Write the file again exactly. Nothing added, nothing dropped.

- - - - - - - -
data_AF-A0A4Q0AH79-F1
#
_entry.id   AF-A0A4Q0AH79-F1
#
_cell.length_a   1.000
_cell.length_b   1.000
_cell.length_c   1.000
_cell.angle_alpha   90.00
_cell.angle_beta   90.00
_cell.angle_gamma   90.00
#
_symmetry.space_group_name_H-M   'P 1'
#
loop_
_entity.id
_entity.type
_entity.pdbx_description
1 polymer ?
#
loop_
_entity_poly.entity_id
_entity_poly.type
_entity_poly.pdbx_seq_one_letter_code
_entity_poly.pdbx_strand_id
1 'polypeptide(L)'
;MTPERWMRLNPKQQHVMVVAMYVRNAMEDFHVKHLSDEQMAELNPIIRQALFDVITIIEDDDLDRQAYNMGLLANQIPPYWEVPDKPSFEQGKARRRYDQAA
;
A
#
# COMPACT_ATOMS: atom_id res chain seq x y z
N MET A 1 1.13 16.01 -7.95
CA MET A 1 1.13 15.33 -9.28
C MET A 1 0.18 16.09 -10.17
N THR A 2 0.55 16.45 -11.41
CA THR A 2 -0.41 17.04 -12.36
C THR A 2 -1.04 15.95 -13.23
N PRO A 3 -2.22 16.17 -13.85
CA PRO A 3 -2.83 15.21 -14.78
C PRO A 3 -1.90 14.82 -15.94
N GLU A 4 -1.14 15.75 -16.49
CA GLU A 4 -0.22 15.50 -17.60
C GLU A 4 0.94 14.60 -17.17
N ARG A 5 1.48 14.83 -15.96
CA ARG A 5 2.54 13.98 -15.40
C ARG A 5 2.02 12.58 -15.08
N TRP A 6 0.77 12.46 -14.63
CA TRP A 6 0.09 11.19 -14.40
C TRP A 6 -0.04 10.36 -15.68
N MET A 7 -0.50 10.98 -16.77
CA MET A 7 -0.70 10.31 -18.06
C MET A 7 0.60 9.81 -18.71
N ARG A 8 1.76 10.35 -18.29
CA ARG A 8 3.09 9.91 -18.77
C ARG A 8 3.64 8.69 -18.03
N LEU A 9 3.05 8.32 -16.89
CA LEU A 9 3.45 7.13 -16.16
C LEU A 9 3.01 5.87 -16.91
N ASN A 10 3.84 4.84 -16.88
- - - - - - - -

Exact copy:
data_AF-A0A4Q0AH79-F1
#
_entry.id   AF-A0A4Q0AH79-F1
#
_cell.length_a   1.000
_cell.length_b   1.000
_cell.length_c   1.000
_cell.angle_alpha   90.00
_cell.angle_beta   90.00
_cell.angle_gamma   90.00
#
_symmetry.space_group_name_H-M   'P 1'
#
loop_
_entity.id
_entity.type
_entity.pdbx_description
1 polymer ?
#
loop_
_entity_poly.entity_id
_entity_poly.type
_entity_poly.pdbx_seq_one_letter_code
_entity_poly.pdbx_strand_id
1 'polypeptide(L)'
;MTPERWMRLNPKQQHVMVVAMYVRNAMEDFHVKHLSDEQMAELNPIIRQALFDVITIIEDDDLDRQAYNMGLLANQIPPYWEVPDKPSFEQGKARRRYDQAA
;
A
#
# COMPACT_ATOMS: atom_id res chain seq x y z
N MET A 1 1.13 16.01 -7.95
CA MET A 1 1.13 15.33 -9.28
C MET A 1 0.18 16.09 -10.17
N THR A 2 0.55 16.45 -11.41
CA THR A 2 -0.41 17.04 -12.36
C THR A 2 -1.04 15.95 -13.23
N PRO A 3 -2.22 16.17 -13.85
CA PRO A 3 -2.83 15.21 -14.78
C PRO A 3 -1.90 14.82 -15.94
N GLU A 4 -1.14 15.75 -16.49
CA GLU A 4 -0.22 15.50 -17.60
C GLU A 4 0.94 14.60 -17.17
N ARG A 5 1.48 14.83 -15.96
CA ARG A 5 2.54 13.98 -15.40
C ARG A 5 2.02 12.58 -15.08
N TRP A 6 0.77 12.46 -14.63
CA TRP A 6 0.09 11.19 -14.40
C TRP A 6 -0.04 10.36 -15.68
N MET A 7 -0.50 10.98 -16.77
CA MET A 7 -0.70 10.31 -18.06
C MET A 7 0.60 9.81 -18.71
N ARG A 8 1.76 10.35 -18.29
CA ARG A 8 3.09 9.91 -18.77
C ARG A 8 3.64 8.69 -18.03
N LEU A 9 3.05 8.32 -16.89
CA LEU A 9 3.45 7.13 -16.16
C LEU A 9 3.01 5.87 -16.91
N ASN A 10 3.84 4.84 -16.88